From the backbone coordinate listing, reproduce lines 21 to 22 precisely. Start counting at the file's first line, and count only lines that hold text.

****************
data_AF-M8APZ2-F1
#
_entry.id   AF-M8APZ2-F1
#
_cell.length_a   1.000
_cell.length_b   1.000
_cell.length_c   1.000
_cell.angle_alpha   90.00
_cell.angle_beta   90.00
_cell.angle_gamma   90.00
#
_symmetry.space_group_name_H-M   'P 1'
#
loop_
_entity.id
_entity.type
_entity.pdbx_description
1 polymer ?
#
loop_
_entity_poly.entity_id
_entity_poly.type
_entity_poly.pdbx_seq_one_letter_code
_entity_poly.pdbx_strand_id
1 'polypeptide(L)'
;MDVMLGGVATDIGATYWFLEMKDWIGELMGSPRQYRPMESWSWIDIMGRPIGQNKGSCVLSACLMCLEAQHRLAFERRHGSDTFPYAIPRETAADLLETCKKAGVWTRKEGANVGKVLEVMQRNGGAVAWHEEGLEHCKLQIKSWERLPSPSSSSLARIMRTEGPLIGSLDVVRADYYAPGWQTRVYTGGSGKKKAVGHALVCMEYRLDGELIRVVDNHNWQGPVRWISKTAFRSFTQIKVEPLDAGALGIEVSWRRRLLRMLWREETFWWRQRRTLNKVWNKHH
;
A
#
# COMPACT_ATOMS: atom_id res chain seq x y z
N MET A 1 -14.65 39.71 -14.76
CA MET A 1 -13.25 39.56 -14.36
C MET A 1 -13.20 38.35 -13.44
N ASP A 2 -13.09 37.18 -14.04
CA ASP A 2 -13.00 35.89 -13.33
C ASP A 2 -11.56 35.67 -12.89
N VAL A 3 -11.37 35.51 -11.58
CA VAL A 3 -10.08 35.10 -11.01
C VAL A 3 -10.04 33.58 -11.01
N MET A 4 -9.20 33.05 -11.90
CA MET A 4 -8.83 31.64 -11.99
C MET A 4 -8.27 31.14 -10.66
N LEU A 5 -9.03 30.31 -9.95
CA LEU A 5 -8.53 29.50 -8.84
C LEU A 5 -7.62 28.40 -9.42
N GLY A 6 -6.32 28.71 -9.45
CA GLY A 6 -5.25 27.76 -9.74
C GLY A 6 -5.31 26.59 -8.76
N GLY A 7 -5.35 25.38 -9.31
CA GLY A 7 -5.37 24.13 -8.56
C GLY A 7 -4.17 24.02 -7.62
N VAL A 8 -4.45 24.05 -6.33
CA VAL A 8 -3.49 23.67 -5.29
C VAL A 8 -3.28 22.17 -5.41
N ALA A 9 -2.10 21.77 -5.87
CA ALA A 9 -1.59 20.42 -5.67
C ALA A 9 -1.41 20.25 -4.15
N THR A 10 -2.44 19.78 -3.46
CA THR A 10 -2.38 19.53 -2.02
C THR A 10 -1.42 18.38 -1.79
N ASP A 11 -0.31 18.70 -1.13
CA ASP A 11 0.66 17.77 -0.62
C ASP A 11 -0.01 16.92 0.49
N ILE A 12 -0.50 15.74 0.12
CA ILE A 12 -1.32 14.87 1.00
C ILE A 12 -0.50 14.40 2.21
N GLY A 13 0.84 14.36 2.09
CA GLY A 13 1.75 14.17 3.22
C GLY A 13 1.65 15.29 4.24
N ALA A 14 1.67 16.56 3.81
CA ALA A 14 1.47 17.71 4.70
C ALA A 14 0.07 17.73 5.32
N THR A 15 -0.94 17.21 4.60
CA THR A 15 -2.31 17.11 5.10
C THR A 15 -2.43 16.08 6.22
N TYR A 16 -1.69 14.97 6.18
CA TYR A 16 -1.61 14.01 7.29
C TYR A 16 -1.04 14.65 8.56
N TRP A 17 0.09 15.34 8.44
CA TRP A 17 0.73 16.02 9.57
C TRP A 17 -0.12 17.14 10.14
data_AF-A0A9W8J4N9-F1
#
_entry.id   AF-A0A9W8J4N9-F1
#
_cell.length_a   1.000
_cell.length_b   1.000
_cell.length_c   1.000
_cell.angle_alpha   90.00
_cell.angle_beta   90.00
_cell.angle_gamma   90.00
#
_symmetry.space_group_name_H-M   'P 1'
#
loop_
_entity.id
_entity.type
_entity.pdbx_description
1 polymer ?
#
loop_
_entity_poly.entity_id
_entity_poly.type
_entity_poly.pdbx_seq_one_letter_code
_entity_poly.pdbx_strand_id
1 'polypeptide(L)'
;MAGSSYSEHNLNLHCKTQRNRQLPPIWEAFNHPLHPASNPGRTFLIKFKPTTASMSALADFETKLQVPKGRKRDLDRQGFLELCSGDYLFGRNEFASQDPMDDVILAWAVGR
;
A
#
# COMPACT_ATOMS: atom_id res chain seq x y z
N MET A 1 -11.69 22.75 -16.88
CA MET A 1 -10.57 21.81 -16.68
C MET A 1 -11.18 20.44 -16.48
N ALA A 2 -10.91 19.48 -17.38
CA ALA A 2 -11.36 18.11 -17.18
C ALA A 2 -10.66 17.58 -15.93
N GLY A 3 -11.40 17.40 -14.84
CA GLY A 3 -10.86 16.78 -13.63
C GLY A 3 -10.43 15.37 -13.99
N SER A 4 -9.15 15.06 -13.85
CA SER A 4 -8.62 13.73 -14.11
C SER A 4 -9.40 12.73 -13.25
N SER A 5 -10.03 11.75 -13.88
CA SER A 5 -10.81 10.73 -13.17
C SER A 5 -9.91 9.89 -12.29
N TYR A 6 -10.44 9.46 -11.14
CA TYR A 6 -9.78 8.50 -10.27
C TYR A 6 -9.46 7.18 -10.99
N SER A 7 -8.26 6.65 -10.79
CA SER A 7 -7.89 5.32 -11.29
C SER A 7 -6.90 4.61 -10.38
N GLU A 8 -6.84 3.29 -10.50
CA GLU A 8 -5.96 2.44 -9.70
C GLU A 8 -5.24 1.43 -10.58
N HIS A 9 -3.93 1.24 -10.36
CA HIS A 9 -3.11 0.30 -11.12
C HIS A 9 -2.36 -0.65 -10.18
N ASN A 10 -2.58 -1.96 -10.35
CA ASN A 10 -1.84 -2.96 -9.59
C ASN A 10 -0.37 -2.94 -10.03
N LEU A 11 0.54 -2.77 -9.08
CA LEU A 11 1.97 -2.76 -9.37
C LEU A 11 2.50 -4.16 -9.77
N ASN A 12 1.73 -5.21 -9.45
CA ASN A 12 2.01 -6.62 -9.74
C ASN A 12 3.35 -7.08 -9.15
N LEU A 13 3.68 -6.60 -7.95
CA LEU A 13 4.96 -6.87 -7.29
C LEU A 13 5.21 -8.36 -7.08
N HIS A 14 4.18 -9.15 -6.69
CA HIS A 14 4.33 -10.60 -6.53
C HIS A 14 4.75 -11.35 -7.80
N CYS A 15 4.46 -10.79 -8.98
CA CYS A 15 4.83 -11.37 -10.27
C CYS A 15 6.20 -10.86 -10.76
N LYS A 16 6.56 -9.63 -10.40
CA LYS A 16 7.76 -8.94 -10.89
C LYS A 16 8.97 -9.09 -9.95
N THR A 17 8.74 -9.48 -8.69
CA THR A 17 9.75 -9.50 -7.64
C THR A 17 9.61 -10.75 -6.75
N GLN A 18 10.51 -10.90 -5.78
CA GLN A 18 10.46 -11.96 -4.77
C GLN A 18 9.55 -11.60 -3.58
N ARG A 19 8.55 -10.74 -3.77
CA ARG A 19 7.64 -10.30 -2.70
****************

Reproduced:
_entity_poly.entity_id
_entity_poly.type